{cout << a << " symbol" << endl ;
		file >> a;}
 
		else {str = a;file >> a;
			while( a >= '0'  && a <= '9' || a == '.')
		{				
			str.append(1,a);		
			file >> a;
		}
		cout << str << " number" <<endl ;
			str = "";
		}	
	}
 
	file.close();
}
// MainProgram.cpp
#include "TheHeader.h"
int main ()
{
         ReadFile();
         return 0;
}

DarthPJB;987403]
Do you want to create a header file that you can include that contains a function for what your doing?
if so you would want to make a header file that contained a prototype of the function, the function (possibly in a seperate C++ file, and the main program.

Thank you very much for ur help, actually i wonder how can i make header file with private and public data?
as i know, private data should be string str... but that is the only thing i know, how can i make public and private data for header file.?

Edited 7 Years Ago by JungWoo: n/a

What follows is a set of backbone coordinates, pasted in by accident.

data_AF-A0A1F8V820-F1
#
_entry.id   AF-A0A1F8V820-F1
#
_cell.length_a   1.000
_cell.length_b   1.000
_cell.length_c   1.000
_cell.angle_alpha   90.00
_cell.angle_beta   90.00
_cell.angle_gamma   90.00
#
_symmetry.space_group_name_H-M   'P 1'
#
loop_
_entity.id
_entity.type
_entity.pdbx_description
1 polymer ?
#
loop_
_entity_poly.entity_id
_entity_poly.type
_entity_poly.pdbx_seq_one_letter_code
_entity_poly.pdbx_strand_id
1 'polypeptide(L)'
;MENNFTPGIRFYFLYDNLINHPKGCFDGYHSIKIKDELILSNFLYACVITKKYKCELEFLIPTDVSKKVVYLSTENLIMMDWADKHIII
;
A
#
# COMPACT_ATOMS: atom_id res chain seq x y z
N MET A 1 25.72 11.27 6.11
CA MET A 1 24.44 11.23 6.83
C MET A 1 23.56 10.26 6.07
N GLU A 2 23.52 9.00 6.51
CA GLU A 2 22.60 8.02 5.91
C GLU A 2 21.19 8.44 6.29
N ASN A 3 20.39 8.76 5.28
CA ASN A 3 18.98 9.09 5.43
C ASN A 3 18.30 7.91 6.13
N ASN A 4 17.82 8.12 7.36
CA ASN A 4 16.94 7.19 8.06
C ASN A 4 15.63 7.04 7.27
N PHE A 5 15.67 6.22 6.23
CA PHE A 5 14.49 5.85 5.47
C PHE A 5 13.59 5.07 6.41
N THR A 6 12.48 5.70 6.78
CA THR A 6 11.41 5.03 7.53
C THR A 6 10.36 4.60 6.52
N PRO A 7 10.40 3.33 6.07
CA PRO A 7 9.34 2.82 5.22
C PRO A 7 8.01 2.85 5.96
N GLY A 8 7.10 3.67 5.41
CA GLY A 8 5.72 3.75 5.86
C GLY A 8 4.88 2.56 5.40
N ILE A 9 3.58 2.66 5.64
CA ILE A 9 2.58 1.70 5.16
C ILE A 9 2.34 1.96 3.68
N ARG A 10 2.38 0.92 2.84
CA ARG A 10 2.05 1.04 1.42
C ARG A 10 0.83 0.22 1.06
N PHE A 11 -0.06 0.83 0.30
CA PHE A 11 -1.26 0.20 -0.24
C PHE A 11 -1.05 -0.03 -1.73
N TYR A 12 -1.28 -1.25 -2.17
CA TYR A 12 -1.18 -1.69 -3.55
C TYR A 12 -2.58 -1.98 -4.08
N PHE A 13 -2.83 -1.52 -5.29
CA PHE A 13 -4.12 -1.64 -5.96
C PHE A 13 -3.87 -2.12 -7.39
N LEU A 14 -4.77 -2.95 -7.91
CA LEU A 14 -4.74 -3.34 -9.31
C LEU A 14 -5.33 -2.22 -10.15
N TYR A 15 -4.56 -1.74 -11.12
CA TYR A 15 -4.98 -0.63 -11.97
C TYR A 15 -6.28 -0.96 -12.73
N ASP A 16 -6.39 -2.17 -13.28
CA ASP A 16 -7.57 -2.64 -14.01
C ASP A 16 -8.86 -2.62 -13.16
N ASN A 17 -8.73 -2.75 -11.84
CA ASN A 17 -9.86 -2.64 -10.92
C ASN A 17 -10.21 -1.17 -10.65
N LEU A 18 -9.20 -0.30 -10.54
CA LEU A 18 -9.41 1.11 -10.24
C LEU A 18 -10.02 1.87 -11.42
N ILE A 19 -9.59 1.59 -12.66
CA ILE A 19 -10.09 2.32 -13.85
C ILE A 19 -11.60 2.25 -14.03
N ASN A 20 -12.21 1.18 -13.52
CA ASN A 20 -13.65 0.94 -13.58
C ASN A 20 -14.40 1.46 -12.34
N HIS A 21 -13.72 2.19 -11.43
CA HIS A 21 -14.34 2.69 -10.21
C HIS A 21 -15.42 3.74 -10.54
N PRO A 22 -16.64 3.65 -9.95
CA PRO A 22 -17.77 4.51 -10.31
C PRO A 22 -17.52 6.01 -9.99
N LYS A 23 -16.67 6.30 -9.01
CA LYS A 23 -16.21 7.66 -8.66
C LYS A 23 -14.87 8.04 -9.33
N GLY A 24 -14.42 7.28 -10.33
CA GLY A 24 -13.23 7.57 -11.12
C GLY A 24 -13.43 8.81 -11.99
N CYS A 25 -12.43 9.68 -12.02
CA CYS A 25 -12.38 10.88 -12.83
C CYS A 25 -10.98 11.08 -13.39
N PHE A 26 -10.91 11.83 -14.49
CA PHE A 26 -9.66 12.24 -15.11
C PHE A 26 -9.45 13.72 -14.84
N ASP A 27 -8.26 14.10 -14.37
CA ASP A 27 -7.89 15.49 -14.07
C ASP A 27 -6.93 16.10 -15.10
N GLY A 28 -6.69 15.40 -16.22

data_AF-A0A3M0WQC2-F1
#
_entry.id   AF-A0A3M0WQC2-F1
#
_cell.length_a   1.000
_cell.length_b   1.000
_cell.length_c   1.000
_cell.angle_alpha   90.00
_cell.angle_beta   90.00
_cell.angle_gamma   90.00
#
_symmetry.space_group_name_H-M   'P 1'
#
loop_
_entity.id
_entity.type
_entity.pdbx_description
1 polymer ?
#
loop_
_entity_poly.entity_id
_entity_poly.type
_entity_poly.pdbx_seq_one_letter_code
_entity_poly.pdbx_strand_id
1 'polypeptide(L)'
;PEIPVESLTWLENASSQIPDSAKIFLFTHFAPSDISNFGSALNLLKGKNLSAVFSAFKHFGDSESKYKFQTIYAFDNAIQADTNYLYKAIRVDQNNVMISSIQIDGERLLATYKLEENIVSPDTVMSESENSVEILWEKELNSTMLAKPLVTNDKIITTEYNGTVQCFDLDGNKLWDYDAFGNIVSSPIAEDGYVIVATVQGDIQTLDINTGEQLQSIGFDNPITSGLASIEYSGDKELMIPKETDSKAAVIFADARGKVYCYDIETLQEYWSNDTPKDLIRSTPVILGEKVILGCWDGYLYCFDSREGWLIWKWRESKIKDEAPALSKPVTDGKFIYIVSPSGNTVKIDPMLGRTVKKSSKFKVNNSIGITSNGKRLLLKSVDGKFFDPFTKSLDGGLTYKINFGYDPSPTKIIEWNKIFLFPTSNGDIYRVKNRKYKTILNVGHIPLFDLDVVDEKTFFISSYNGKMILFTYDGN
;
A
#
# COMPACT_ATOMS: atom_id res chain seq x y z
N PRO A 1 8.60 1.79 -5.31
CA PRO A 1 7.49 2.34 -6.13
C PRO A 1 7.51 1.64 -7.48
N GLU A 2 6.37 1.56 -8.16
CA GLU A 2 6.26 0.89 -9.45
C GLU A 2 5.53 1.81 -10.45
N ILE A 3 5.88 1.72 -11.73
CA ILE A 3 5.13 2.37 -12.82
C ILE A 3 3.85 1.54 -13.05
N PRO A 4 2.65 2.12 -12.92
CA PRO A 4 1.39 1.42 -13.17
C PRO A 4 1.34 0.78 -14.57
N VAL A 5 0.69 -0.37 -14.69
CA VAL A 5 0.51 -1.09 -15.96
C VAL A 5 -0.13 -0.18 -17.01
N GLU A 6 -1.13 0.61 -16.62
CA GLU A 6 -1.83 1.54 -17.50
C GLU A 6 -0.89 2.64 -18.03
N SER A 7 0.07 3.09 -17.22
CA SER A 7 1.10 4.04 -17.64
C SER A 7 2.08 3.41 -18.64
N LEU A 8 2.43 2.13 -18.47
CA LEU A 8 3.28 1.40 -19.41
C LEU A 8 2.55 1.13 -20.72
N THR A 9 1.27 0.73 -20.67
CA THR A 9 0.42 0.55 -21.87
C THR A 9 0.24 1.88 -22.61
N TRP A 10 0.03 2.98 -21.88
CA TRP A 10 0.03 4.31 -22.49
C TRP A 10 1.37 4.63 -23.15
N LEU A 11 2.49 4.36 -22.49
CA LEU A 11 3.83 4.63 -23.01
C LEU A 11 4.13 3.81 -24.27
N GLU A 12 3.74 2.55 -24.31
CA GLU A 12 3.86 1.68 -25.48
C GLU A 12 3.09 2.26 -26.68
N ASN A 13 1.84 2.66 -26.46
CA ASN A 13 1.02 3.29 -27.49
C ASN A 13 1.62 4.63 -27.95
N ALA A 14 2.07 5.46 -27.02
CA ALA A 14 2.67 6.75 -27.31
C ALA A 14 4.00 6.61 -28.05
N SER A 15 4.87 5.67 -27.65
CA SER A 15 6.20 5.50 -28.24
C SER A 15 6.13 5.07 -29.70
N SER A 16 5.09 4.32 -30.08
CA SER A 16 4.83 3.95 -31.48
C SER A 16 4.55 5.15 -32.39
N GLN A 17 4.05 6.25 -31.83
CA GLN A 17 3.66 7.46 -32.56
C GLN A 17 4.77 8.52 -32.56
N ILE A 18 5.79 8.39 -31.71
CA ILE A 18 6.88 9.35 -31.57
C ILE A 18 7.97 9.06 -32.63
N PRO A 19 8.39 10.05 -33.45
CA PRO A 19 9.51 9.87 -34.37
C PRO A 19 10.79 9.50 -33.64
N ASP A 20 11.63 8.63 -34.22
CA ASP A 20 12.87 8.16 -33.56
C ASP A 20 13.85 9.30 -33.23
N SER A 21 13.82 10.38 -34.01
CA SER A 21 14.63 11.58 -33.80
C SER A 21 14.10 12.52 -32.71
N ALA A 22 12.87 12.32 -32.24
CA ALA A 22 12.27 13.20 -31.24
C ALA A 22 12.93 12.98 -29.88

> actually i wonder how can i make header file with private and public data?
Yes, they're called classes.
Which is pretty much the root concept of C++ programming.
Time to read the book again.

Yes, they're called classes.
Which is pretty much the root concept of C++ programming.
Time to read the book again.

yes, that is what i got trouble right now, i read through out book but i still confuse how to use it, that is why i ask help.... if you can help me please, thank you

yes, that is what i got trouble right now, i read through out book but i still confuse how to use it, that is why i ask help.... if you can help me please, thank you